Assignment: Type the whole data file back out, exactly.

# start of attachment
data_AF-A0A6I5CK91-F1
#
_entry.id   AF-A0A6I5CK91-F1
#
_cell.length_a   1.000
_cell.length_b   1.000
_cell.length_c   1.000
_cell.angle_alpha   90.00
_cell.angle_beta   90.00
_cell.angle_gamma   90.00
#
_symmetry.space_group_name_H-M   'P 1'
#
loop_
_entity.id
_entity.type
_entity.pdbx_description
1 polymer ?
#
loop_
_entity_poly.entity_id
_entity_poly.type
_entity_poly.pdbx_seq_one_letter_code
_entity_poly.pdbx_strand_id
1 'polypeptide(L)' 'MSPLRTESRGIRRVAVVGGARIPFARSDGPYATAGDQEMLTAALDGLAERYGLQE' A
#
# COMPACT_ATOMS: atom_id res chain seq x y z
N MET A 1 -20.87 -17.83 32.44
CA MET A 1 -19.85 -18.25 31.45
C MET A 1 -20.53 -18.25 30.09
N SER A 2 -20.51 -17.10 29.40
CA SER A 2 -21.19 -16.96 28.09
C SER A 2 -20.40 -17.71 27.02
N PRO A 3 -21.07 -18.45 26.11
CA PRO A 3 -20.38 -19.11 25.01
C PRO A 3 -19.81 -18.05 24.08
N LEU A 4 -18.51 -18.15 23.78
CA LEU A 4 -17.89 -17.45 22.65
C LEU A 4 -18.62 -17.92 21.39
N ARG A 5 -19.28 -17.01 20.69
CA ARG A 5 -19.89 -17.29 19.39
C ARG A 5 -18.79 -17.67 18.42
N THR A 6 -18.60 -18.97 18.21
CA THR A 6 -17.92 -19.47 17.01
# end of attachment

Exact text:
data_AF-A0A6I5CK91-F1
#
_entry.id   AF-A0A6I5CK91-F1
#
_cell.length_a   1.000
_cell.length_b   1.000
_cell.length_c   1.000
_cell.angle_alpha   90.00
_cell.angle_beta   90.00
_cell.angle_gamma   90.00
#
_symmetry.space_group_name_H-M   'P 1'
#
loop_
_entity.id
_entity.type
_entity.pdbx_description
1 polymer ?
#
loop_
_entity_poly.entity_id
_entity_poly.type
_entity_poly.pdbx_seq_one_letter_code
_entity_poly.pdbx_strand_id
1 'polypeptide(L)' 'MSPLRTESRGIRRVAVVGGARIPFARSDGPYATAGDQEMLTAALDGLAERYGLQE' A
#
# COMPACT_ATOMS: atom_id res chain seq x y z
N MET A 1 -20.87 -17.83 32.44
CA MET A 1 -19.85 -18.25 31.45
C MET A 1 -20.53 -18.25 30.09
N SER A 2 -20.51 -17.10 29.40
CA SER A 2 -21.19 -16.96 28.09
C SER A 2 -20.40 -17.71 27.02
N PRO A 3 -21.07 -18.45 26.11
CA PRO A 3 -20.38 -19.11 25.01
C PRO A 3 -19.81 -18.05 24.08
N LEU A 4 -18.51 -18.15 23.78
CA LEU A 4 -17.89 -17.45 22.65
C LEU A 4 -18.62 -17.92 21.39
N ARG A 5 -19.28 -17.01 20.69
CA ARG A 5 -19.89 -17.29 19.39
C ARG A 5 -18.79 -17.67 18.42
N THR A 6 -18.60 -18.97 18.21
CA THR A 6 -17.92 -19.47 17.01